World Economy

Italy Industry Output Jumps in June

Industrial output was strong in most production categories.
Industrial output was strong in most production categories.

Italian industrial output was stronger than expected in June, rising 1.1% after an increase of 0.7% in May and posting a healthy gain in the second quarter as a whole, data showed on Wednesday.

The figures suggest Italy’s modest economic growth remains on track and may be accelerating. The 1.1% rise in output was far above market expectations of an increase of 0.2%, according to a Reuters survey of 19 analysts, and was the strongest monthly gain since December last year.

In the second quarter as a whole, output was up 1.1% from the previous three months, after declining 0.2% in the first quarter, statistics bureau ISTAT said. Italian industrial output normally shows a correlation with trends in gross domestic product, which rose 0.4% in the first quarter, accelerating from 0.3% in the last quarter of 2016.

ISTAT will release second quarter GDP data on Wednesday next week, and the Bank of Italy has said it expects a quarterly increase roughly in line with the first quarter’s rate of 0.4%.

Industrial output fell by around a quarter during a triple dip recession between 2008 and 2014, and has recovered only a small part of that during the last two years.

The government of Prime Minister Paolo Gentiloni forecasts 2017 growth of 1.1%, up from the 0.9% growth seen last year but leaving Italy in its customary position among the eurozone’s most sluggish economies.

However, recent data has been better than expected and the government is expected to increase its forecast to around 1.3 or 1.4% when it presents its 2018 budget in the autumn.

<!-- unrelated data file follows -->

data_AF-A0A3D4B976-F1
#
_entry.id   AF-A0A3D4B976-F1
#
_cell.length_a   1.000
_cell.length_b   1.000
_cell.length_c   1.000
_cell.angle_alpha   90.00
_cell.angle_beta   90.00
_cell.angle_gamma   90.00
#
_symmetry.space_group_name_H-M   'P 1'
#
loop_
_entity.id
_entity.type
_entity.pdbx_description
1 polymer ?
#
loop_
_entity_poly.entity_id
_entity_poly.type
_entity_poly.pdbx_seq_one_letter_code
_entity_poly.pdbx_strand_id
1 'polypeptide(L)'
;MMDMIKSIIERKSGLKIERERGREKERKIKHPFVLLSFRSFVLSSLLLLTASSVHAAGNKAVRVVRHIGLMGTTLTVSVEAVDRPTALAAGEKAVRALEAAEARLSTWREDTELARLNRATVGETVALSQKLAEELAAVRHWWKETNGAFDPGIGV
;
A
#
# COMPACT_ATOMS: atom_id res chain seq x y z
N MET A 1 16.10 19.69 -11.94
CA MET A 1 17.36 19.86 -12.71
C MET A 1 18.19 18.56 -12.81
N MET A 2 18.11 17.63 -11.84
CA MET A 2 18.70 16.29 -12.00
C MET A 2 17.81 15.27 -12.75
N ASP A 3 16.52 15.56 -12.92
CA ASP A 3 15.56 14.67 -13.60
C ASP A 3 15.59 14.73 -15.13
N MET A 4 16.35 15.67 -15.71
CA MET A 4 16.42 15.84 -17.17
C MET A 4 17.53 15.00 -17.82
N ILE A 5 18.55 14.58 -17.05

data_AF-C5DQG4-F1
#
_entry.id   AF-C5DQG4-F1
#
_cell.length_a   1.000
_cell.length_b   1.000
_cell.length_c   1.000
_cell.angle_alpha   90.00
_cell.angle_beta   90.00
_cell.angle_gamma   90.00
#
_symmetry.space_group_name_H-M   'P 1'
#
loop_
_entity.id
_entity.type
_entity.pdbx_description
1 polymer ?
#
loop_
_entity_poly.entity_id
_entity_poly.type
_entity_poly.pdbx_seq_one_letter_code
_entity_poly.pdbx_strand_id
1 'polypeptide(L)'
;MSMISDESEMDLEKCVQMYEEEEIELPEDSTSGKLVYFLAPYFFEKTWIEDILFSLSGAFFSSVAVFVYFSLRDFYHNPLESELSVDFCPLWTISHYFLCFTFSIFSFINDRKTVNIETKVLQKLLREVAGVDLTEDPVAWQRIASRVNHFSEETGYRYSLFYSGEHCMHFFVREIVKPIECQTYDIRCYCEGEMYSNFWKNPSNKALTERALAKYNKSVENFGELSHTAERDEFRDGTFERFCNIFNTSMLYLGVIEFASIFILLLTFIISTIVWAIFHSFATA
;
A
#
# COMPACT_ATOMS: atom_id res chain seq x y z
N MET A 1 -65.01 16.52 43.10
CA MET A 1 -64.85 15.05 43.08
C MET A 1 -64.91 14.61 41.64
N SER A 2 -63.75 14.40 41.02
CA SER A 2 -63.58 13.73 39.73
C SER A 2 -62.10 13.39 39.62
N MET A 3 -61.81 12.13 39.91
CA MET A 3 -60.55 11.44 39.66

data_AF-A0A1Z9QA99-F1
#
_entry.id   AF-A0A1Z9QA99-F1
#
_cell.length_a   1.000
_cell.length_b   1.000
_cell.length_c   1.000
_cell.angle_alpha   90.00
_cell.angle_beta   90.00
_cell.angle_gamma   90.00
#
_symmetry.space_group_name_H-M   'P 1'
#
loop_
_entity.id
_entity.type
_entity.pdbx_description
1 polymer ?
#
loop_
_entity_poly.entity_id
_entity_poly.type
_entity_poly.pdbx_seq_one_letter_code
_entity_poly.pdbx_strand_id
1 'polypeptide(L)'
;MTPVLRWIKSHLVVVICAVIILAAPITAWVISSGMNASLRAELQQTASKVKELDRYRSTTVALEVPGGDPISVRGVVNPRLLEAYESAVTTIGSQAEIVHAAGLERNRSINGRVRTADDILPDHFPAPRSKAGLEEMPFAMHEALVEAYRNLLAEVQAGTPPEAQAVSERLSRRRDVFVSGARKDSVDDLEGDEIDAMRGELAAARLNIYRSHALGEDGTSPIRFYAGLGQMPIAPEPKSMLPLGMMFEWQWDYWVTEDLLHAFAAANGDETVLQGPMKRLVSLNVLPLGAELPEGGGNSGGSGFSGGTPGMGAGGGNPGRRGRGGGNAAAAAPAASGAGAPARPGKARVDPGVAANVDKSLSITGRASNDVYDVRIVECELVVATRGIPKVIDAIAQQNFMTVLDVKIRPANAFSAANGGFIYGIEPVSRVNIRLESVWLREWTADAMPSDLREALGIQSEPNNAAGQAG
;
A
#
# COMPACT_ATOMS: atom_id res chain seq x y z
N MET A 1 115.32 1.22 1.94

Industrial output was strong in most production categories in June, ISTAT said, with output of consumer goods, intermediate goods and energy products all rising from the month before and outweighing a small decline in investment goods.

On a work-day adjusted year-on-year basis, output in June was up 5.3%, following a 2.7% rise in May, which was marginally revised down from an originally reported 2.8%.

Widespread optimism that the euro region’s third-biggest economy is on the mend this year followed a number of recent, better-than-expected reports ranging from retail sales to the labor market where the unemployment rate fell in June, dropping to a level that matches the lowest since 2012, Bloomberg reported.

“Growth is reinforcing itself with positive signals across sectors,” Istat said in a separate report last week. The statistics agency’s leading indicator “keeps a positive direction,” it said.

Still, with confidence surveys among executives and households going in opposite directions in the last two years, some economists think that the basis for a sustainable recovery in the country is still somewhat shaky.

Add new comment

Read our comment policy before posting your viewpoints